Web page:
Last updated on 2 November 2020
How do you get tested for COVID-19?
There are currently 2 ways to test for COVID-19 – a diagnostic test and an antibody test. In a diagnostic test, samples of cells and fluids from the nose or throat are often collected using a nasal swab, before the samples are processed by a machine which detects the virus’s genetic material. An antibody test, also known as a serology test, is conducted using a blood sample to detect evidence of the body’s immune response to the virus after an infection.
ParkwayHealth Laboratory conducts diagnostic tests, also known as molecular polymerase chain reaction (PCR) tests, using the cobas® 6800 System (a molecular test system developed by Roche). Each day, up to 5,000 of these tests, known technically as COVID-19 SARS-CoV-2 PCR tests, are carried out at the ParkwayHealth Laboratory facilities. In a Channel News Asia feature, ParkwayHealth Laboratory shares what happens behind the scenes from sample collection to laboratory testing.
How is a nasal swab test carried out?
First, the nurse checks that the universal transport medium is in good condition and has not expired. The transport medium is used to preserve the sample and maintain its original state.
The patient is then advised to clear their nose. Next, the patient tilts their head upwards, and the nurse inserts the swab stick into the patient’s nose to obtain a sample. The swab stick is removed and placed into the universal transport medium.
For safety, this is then placed inside a biohazard bag, and wiped down with a disinfectant (MICRO-CHEM PLUS detergent disinfectant cleaner, or ethanol) and then rolled up. As an additional safety measure, the sample is double-bagged and disinfected again before being sealed with a sticker.
The sealed biohazard bag is then placed into a canister, standing upright. The canister is placed inside a biohazard box and wiped down with a disinfectant before finally being sent to the laboratory for testing.
What happens when the swab samples reach the lab?
Once the samples reach the lab, the technician will label each sample with a laboratory-generated accession number, which is a unique identification number. 800μl of the sample is transferred into a secondary tube. The sample transfer is carried out carefully, and care is taken to prevent cross-contamination. These samples will be kept in a sealed container and carried to the testing machine. Finally, the samples are loaded into the cobas® 6800 machine. The test can pick up to 94 samples in one batch, with each batch taking approximately 3.5 hours to process.
What affects the accuracy of swab results?
The accuracy of swab results depends a lot on the way the swabbing is carried out to obtain the test sample. Time taken for the swab to reach the lab is also an important factor as the sample may degrade over time, especially in hot weather. Time of infection may also affect the accuracy of the swab results – if the swab is taken too early or too late, the test may give a false-negative result.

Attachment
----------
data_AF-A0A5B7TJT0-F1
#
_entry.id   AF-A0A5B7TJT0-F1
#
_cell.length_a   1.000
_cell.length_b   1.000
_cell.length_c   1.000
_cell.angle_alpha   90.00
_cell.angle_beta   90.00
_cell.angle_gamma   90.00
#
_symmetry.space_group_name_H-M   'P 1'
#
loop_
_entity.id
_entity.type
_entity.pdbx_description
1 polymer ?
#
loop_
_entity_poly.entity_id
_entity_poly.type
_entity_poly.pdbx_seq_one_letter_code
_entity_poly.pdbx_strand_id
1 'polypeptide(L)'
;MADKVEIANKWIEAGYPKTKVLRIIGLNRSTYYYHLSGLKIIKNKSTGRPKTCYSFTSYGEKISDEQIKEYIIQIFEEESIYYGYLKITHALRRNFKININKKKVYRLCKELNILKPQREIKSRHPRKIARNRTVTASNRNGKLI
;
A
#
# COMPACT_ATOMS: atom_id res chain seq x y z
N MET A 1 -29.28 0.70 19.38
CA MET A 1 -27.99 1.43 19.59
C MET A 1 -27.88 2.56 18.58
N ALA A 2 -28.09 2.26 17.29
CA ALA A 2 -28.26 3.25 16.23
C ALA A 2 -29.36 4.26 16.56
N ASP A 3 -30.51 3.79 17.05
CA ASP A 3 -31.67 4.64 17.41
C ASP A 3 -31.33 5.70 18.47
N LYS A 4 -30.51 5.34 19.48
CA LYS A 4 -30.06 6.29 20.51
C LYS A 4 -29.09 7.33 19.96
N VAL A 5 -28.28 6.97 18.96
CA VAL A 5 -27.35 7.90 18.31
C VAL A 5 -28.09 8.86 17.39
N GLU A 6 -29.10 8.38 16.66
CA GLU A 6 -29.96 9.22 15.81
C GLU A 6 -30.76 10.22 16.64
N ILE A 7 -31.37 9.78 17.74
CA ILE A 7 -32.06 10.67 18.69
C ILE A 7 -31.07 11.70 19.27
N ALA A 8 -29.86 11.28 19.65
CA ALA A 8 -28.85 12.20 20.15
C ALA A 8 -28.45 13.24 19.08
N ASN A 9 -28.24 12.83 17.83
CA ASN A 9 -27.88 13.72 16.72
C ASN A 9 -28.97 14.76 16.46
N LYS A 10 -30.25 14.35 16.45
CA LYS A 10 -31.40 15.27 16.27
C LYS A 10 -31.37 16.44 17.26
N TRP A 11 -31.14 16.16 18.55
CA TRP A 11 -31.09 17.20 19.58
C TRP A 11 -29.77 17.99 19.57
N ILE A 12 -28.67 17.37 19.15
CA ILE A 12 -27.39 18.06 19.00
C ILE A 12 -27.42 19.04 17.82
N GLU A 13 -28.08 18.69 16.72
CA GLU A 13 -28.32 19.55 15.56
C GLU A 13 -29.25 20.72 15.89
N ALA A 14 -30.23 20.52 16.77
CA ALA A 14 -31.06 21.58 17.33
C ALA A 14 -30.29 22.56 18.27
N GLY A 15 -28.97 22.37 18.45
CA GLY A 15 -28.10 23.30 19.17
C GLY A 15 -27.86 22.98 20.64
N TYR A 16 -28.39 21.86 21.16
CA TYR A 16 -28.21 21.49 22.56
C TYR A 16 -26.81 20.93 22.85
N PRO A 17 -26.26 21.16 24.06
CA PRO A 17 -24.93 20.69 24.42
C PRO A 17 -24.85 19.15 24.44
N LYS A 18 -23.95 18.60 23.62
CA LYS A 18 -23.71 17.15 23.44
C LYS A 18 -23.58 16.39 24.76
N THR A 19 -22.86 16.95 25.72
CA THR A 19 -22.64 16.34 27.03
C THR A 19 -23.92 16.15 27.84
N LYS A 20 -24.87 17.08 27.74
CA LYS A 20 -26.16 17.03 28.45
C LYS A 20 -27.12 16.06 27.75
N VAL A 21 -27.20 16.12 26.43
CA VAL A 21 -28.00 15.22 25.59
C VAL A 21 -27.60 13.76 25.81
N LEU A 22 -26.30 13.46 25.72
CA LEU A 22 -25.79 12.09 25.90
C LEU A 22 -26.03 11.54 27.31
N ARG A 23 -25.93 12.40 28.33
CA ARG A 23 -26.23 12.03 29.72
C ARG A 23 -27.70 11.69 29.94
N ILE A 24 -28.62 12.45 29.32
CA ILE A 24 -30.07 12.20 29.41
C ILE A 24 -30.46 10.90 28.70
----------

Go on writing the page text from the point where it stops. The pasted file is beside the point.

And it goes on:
How many tests does ParkwayHealth Laboratory conduct daily?
One cobas® 6800 machine can perform 1000 tests per day. With five machines, Parkway Laboratory Services can conduct 5000 tests per day.
How do false-positive cases occur? How can such errors be avoided?
The accuracy of the test result often depends on the techniques involved for extraction and testing, and how the cycle threshold value (cut-off point to determine a positive or negative result) is calibrated or calculated. Some testing methods require many steps and manual techniques, including pipetting, calibrating and calculating the cycle threshold value – this increases the chance for errors. ParkwayHealth Laboratory uses the Roche cobas® system, which is a closed or all in one system, with the machine doing both the extraction and PCR test to obtain an “edit proof” test result. The Roche cobas® system uses an intuitive algorithm within the testing machine because it does the extraction and PCR, both all in one.
How does Parkway Laboratory Services cope with the shortage of test kits?
Diversifying supplies is essential to cope with the shortage of test kits and important in building testing resilience for the whole community. Due to the global rise in testing, many suppliers of test kits and reagents are unable to keep up with the demand. A well-known example is Qiagen’s extraction kit, which is suffering a global shortage because of an overwhelming global demand.
ParkwayHealth Laboratory has also collaborated with local research agencies like A-star and DSO laboratories, and this partnership has helped them ramp up the local production of PCR test kits. Apart from local agencies, ParkwayHealth Laboratory also relies on Roche and other major vendors like Qiagen for testing components.
Will mass testing become part of daily life?
Until the vaccines are approved, mass testing will be the only weapon to prepare for future COVID-19 infections. Testing is the only strategy that can quickly identify COVID-19 infected individuals, isolate them and break the transmission – mass testing can help investigators isolate populations in a more refined manner. Experts suggest that testing should be integrated with precautions like social distancing, hand washing and face masks.
PCR tests are now available to all individuals who require them. Visit Parkway Shenton clinics or call +65 6227 7777 for more information.
Infographic brought to you by Mount Elizabeth Hospitals
Coronavirus Testing Basics. Retrieved 5 October 2020 from https://www.fda.gov/consumers/consumer-updates/coronavirus-testing-basics